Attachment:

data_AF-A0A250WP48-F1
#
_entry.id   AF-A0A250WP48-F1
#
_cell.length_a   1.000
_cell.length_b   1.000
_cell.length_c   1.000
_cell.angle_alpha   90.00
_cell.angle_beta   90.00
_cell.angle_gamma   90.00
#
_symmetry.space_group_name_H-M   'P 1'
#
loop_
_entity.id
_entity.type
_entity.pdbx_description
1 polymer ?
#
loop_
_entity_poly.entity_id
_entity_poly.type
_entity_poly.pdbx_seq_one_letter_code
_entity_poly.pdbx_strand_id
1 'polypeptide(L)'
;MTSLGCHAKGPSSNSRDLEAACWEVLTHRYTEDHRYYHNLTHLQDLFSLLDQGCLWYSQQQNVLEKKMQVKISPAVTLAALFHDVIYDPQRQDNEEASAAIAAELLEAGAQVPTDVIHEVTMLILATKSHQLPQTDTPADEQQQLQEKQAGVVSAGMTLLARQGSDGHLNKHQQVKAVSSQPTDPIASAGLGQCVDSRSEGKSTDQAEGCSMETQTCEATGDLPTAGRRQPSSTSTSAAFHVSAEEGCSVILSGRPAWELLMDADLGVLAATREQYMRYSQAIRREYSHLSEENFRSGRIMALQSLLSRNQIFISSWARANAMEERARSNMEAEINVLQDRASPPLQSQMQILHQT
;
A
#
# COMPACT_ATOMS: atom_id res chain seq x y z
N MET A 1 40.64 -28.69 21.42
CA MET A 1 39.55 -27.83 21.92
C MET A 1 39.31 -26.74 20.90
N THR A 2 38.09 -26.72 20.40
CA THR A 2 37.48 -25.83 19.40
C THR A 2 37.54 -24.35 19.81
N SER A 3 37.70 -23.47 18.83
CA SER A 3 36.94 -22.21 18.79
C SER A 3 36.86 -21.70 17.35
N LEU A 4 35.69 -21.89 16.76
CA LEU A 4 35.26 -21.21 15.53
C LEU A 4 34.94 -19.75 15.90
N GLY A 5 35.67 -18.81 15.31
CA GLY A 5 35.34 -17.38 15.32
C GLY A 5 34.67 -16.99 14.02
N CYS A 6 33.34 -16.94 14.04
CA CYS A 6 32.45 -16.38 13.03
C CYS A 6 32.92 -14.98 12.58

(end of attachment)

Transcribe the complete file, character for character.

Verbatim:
data_AF-A0A250WP48-F1
#
_entry.id   AF-A0A250WP48-F1
#
_cell.length_a   1.000
_cell.length_b   1.000
_cell.length_c   1.000
_cell.angle_alpha   90.00
_cell.angle_beta   90.00
_cell.angle_gamma   90.00
#
_symmetry.space_group_name_H-M   'P 1'
#
loop_
_entity.id
_entity.type
_entity.pdbx_description
1 polymer ?
#
loop_
_entity_poly.entity_id
_entity_poly.type
_entity_poly.pdbx_seq_one_letter_code
_entity_poly.pdbx_strand_id
1 'polypeptide(L)'
;MTSLGCHAKGPSSNSRDLEAACWEVLTHRYTEDHRYYHNLTHLQDLFSLLDQGCLWYSQQQNVLEKKMQVKISPAVTLAALFHDVIYDPQRQDNEEASAAIAAELLEAGAQVPTDVIHEVTMLILATKSHQLPQTDTPADEQQQLQEKQAGVVSAGMTLLARQGSDGHLNKHQQVKAVSSQPTDPIASAGLGQCVDSRSEGKSTDQAEGCSMETQTCEATGDLPTAGRRQPSSTSTSAAFHVSAEEGCSVILSGRPAWELLMDADLGVLAATREQYMRYSQAIRREYSHLSEENFRSGRIMALQSLLSRNQIFISSWARANAMEERARSNMEAEINVLQDRASPPLQSQMQILHQT
;
A
#
# COMPACT_ATOMS: atom_id res chain seq x y z
N MET A 1 40.64 -28.69 21.42
CA MET A 1 39.55 -27.83 21.92
C MET A 1 39.31 -26.74 20.90
N THR A 2 38.09 -26.72 20.40
CA THR A 2 37.48 -25.83 19.40
C THR A 2 37.54 -24.35 19.81
N SER A 3 37.70 -23.47 18.83
CA SER A 3 36.94 -22.21 18.79
C SER A 3 36.86 -21.70 17.35
N LEU A 4 35.69 -21.89 16.76
CA LEU A 4 35.26 -21.21 15.53
C LEU A 4 34.94 -19.75 15.90
N GLY A 5 35.67 -18.81 15.31
CA GLY A 5 35.34 -17.38 15.32
C GLY A 5 34.67 -16.99 14.02
N CYS A 6 33.34 -16.94 14.04
CA CYS A 6 32.45 -16.38 13.03
C CYS A 6 32.92 -14.98 12.58